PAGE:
Super 8

Paying homage to those who came before is not enough to create a functionable and lasting narrative.

Super 8? Super disappointing. To be fair, it is funny and scary and nostalgic, but the story simply doesn't work.

Honestly, a trailer that good deserves a film that delivers the kind of emotional resonance of the Spielbergian films it evokes. There is an attempt to weave an injured family's struggle to overcome loss with sci-fi elements, but so much time is spent reliving the late 70s and the joys of adolescent filmmaking that the emotional throughlines--the ones that really bring those tears to fruition--are left weakened and underdeveloped.

Main Character Joe Lamb (Joel Courtney), while the kind of earnest and goodhearted character we can instantly fall in love with, is a virtual no-show in the area of point-of-view. In fact, we have no clue as to his unique perspective on things until he tells the space crab at the end Accidents happen, but you can still live. OK, that's sweet and all, and the music behind that revelation drives home the point, but why wait so long to expose it to the Audience? This is the kind of thing that should be present from the very beginning of the story and develop its way to that meaningful moment. Otherwise you have what happened here, a moment that felt like it came out of nowhere.

Speaking of beginning, the story really doesn't begin until the train crash and it takes forever to get there. Exposition, exposition, yawn. Because the crash wasn't the First Act Turn (the one that turns the story from the First Act into the Second) as it should have been, the story has to really shift into overdrive for what little time it has left. Again, the emotional throughlines suffer the fallout from this choice.

Granted there is one, count it--one--scene between Joe and his Influence Character father Jackson Lamb (Kyle Chandler) where they get a chance to argue their differences, but that's it. As such, the hug at the end, while nice, feels like an obvious and forced beat. Why did Jackson suddenly feel the need to hug him? Was it because he recognized he was in the wrong? Or was it simply to give the Audience something to cry about? Without that interplay of ideas and point-of-view conflict between the two emotional characters throughout the story, that bonding moment came off light and meaningless.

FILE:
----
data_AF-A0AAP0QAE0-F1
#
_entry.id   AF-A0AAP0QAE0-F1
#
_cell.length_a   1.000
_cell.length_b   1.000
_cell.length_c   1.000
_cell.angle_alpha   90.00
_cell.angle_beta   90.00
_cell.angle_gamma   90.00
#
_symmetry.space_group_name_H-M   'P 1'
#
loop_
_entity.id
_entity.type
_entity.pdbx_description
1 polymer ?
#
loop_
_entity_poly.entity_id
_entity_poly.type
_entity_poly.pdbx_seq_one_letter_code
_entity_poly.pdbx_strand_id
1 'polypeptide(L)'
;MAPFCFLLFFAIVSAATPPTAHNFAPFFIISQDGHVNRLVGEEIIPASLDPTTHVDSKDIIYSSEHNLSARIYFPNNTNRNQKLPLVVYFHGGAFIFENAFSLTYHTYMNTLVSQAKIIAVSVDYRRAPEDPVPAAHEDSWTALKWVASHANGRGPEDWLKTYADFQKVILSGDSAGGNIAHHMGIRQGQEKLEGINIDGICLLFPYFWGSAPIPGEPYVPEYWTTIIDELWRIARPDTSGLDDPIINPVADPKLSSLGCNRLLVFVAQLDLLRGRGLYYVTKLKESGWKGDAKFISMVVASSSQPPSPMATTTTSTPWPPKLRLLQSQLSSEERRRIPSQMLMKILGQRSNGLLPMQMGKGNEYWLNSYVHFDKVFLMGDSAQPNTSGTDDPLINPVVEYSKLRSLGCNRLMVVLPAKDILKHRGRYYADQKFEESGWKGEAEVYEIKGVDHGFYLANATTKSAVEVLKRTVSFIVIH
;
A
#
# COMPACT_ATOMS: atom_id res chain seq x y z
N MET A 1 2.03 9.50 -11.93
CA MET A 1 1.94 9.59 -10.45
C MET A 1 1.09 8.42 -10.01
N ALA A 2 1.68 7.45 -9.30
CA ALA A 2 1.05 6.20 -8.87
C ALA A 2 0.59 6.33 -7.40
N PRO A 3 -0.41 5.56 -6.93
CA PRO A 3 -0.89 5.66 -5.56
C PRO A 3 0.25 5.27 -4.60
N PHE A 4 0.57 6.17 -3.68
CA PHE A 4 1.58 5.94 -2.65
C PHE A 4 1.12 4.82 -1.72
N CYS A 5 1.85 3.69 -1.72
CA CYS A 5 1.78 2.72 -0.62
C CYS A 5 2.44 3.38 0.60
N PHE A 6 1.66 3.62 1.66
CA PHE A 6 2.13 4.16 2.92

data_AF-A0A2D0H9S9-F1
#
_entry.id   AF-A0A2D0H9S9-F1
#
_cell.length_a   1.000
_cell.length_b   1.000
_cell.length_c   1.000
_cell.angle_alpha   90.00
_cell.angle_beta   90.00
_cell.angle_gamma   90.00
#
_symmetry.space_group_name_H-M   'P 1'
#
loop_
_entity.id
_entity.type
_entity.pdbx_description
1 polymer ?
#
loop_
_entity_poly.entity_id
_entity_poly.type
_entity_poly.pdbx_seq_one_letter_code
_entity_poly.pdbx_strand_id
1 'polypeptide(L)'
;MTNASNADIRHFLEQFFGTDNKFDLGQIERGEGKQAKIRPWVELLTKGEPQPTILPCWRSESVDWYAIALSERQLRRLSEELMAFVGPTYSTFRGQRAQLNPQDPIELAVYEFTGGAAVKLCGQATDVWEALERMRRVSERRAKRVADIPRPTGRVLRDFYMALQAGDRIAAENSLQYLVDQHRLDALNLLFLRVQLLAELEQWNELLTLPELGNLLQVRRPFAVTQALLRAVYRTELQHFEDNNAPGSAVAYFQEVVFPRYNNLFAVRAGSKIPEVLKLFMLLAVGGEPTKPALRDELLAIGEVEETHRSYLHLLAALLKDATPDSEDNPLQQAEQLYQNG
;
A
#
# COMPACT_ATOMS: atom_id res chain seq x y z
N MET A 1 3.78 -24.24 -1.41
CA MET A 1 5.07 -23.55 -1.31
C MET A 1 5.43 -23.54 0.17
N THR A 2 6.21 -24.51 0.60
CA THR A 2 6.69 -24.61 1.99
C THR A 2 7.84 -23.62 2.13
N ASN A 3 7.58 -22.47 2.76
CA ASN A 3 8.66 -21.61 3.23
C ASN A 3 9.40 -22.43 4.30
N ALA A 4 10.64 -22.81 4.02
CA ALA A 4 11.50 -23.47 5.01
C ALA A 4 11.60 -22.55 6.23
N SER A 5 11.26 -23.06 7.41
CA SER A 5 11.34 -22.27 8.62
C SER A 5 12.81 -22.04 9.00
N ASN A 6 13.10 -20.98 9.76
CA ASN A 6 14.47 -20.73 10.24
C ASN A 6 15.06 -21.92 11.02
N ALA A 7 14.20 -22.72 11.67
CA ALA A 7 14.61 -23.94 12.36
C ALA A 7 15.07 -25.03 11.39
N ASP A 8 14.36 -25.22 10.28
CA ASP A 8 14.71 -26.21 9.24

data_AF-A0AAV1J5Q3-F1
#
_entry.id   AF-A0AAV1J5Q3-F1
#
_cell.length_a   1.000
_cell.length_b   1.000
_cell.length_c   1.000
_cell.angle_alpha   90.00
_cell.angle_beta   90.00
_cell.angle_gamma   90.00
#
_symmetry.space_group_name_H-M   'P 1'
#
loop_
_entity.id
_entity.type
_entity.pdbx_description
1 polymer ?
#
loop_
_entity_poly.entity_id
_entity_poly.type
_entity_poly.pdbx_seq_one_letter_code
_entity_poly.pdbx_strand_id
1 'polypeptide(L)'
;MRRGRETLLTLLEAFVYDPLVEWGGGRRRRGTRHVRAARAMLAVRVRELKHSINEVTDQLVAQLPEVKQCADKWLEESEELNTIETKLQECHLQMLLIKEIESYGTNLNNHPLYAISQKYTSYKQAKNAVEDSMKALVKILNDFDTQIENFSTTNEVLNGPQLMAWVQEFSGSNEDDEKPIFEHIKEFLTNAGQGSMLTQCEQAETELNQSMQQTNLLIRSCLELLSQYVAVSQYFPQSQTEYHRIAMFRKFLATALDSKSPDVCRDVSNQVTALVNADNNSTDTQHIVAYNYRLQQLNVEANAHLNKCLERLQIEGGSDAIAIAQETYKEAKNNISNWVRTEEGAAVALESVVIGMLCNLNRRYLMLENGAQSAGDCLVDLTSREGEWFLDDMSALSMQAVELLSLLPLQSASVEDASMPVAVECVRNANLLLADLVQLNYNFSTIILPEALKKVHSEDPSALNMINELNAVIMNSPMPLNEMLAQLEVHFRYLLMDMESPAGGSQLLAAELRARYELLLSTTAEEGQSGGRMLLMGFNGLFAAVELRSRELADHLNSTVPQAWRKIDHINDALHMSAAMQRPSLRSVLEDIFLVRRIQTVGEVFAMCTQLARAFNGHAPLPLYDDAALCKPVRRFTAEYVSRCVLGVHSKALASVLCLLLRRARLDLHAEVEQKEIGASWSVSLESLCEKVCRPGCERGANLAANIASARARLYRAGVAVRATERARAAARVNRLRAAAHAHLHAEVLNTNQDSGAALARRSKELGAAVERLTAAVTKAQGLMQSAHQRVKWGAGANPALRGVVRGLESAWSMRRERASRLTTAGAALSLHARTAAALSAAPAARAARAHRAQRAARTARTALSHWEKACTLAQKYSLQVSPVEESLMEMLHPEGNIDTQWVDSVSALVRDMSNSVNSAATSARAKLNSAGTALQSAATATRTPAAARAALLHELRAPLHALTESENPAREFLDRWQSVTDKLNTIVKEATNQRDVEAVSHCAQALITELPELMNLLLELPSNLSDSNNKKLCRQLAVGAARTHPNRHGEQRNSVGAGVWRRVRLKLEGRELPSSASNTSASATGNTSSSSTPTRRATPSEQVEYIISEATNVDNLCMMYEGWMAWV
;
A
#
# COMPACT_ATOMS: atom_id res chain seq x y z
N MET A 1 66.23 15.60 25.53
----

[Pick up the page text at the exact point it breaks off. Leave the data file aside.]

And lastly, speaking of crying--the final shot with Joe holding on to the necklace was really really nice. Beautiful idea and a great image. But the wrong person was holding it. How much more powerful would it have been if it was Jackson who had held on to the necklace all these months, and it was Joe who had to help his dad "let go" and release it to the water tower? By placing his hand around his fathers and gently helping him to release his mother's memory to the heavens, the story would have resonated with the kind of meaning it had aspired to. It would have worked better with everything that came before it. Of course, for it to truly mean something Jackson would have had to make the conscious choice to loosen those last fingers himself.

But it didn't.

The gravest mistake for the story's structure, however, was in regards to Main Character's final resolve. It smacks of an attempt to blatantly copy the Main Character's Change of Resolve at the end of E.T., rather than an honest change of character that grew organically from the story itself.

Super 8 was telling the story of a Steadfast Main Character (Joe) who, by virtue of their unwavering approach, manages to Change the approach of his Influence Character (Jackson). Countless great stories have been told with this dynamic, primarily by Authors who understand What Character Arc Really Means. Tacking on the idea that Joe had to let go too (signifying a Change of resolve) breaks the story and simply doesn't make sense. When both of the central characters change on the story's main inequity, the story loses all meaning.

And lens flares need to go. They were cool in Star Trek, but are super annoying in Ohio.